Kyoto’s most famous Zen garden is Ryoan-ji. Its raked gravel and 15 carefully placed stones make the world’s most recognisable garden image. (It’s so well-known I’m not even going to bother you with a picture.) I love Ryoan-ji, which despite the hoards of visitors adding their own snaps to the image load of the garden, still manages to instill a mood of mystery and quiet reflection. It was made by an unnamed monk in the 15th century and was the template for a dry stone Zen garden for four centuries – until Shigemori Mirei brought the Zen garden into the 20th century and introduced it to modernism. On a recent trip to Kyoto I was keen to see how Shigemori made this marriage work.
Shigemori’s original passion was not for the garden, but for other traditions in Japanese culture – painting and art history, calligraphy, tea ceremony and ikebana. The early decades of the 20th century were a tense time in Japanese culture as a modernising, westernising push clashed against a conservative desire to preserve Japanese traditions unchanged. Shigemori argued that Japanese culture was strong enough to survive engagement with the west and he tried to found a new arts school to pursue his modernising vision. Before he could get it going though the 1934 typhoon tore through western Japan, alerting him to the fragility of that other Japanese art – garden-making. He began surveying gardens all over the country, a project that culminated in the mighty 26-volume ‘Illustrated Book on the History of the Japanese Garden’. Shigemori was now the country’s expert on Japanese garden history and a year later, in 1939, he was given his first design brief – for the gardens around the hojo (abbot’s residence) in the Tofuku-ji temple.
Tofuku-ji is a big complex of temples so famous for its maples that autumn crowds pack the pathways for momi-ji (maple viewing). The gardens aren’t easy to find through the crowds, the buildings and sub-temples; the upside of that being that there are few other visitors.
For Shigemori, creating modern gardens required following the approach of the old masters – combining knowledge and tradition with innovation. Even knowing this, the grid garden at Tofuku-ji comes as a shock.
Squares of clipped azaleas alternate with squares of raked gravel. The symmetry is not part of traditional Japanese garden design, yet here the grid references the patchwork of Japanese rice fields. The grid pattern is repeated in the next garden, but this time in moss and gravel, the grid gradually falling away into entropy.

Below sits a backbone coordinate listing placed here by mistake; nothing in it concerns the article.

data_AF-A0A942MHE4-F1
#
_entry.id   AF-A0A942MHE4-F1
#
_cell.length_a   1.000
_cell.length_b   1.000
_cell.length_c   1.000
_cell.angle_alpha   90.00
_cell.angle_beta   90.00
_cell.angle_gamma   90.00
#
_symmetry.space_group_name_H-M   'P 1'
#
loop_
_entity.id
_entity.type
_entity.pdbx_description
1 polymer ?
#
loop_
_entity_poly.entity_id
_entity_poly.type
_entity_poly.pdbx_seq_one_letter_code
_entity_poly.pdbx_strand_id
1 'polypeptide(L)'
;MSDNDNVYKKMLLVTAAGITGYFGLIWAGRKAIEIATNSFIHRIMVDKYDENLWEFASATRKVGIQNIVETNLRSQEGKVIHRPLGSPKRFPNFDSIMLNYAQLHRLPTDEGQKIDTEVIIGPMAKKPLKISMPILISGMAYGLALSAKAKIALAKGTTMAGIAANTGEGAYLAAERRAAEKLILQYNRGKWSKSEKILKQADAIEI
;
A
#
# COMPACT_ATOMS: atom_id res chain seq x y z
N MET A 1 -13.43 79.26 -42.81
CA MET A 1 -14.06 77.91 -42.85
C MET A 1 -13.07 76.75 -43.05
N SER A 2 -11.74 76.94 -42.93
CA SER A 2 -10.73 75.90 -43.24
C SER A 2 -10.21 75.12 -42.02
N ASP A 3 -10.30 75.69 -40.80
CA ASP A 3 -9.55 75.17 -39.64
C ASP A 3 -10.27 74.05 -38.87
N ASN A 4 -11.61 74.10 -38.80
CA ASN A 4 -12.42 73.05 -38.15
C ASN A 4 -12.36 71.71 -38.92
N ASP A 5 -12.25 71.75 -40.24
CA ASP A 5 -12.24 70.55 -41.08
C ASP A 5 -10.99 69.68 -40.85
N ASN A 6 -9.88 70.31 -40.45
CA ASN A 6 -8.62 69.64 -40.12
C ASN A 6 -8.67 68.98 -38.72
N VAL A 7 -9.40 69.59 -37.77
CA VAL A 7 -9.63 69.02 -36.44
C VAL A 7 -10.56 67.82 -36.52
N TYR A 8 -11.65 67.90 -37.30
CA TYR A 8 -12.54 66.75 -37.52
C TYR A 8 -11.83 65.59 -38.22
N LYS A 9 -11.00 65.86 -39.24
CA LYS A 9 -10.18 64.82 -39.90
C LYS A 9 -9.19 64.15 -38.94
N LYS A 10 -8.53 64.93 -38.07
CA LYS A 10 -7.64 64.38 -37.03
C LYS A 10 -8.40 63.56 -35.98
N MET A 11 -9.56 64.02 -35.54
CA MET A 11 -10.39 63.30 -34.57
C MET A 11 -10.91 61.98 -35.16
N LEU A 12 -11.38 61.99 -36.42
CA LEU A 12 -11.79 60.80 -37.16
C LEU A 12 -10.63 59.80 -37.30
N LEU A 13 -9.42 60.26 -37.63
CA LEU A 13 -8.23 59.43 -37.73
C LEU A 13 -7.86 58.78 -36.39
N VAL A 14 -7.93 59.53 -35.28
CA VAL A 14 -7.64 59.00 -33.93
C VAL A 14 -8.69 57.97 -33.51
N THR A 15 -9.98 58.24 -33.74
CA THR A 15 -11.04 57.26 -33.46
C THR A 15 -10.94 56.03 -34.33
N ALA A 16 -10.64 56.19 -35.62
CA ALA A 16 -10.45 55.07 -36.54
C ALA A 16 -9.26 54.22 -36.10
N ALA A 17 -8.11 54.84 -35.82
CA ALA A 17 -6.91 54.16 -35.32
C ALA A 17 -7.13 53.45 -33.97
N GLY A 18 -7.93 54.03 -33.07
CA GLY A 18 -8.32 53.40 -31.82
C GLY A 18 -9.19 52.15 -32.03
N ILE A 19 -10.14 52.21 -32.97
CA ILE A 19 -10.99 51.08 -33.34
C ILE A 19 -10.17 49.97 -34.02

Shigemori designed another set of gardens at Tofuku-ji, for the Ryogin-an sub-temple. The hojo here is the oldest existing one in Japan, its floor worn so silky you just have to sit and stroke it as you contemplate the garden. Dry stone Zen gardens, called kare-san-sui, are designed as an aid to meditation for monks in the Rinzai sect of Zen Buddhism. The patience, skill and concentration required to rake the specific pattern of the garden are part of Zen training and practice. An unwavering straight line is required in the Garden of Vanity, which is simply straight raked white gravel, edged in a straight line of river stones, backed by a bamboo fence and with a pavilion gazing onto the nothingness.
The emptiness of vanity is an easy message to read in this garden; the metaphor is a bit more obscure in one of the gardens in Zuiho-in, on the other side of the city.
The feudal lord who dedicated this temple, Otomo, was convinced by Portuguese missionaries to convert to Catholicism. Not long afterwards, Christianity was outlawed in Japan. In one of the gardens around the temple an asymmetrical cross is abstractly marked in stones and points to a stone lantern, beneath which is buried a statue of the Virgin Mary. The unseen statue is quite a powerful idea but my favourite garden here, is much more physical and energetic than this spiritual riddle. Stones in the form of a dragon leap from an ocean of waves of white gravel. The tines of the rakes used on the gravel form heaped ridges that add to the energy of the vertical rocks and the rising angle of the screening hedge at the back of the garden. It’s invigorating and serene at the same time.
Shigemori Garden Museum
Shigemori designed domestic gardens as well as temple gardens, but the only one it’s possible to visit is his own, now a ‘museum’. You need to book as only a handful of visitors are allowed in to see the master’s gardens and tearoom at any one time. There’s no wandering allowed. Views of the garden are controlled and when the shoji screen slides back from the tea house facing into the garden, the view revealed is of perfectly placed rocks, moss, camellias and pines, with glimpses of the suburb through the trees. The traditions of the Japanese garden, set in modern life.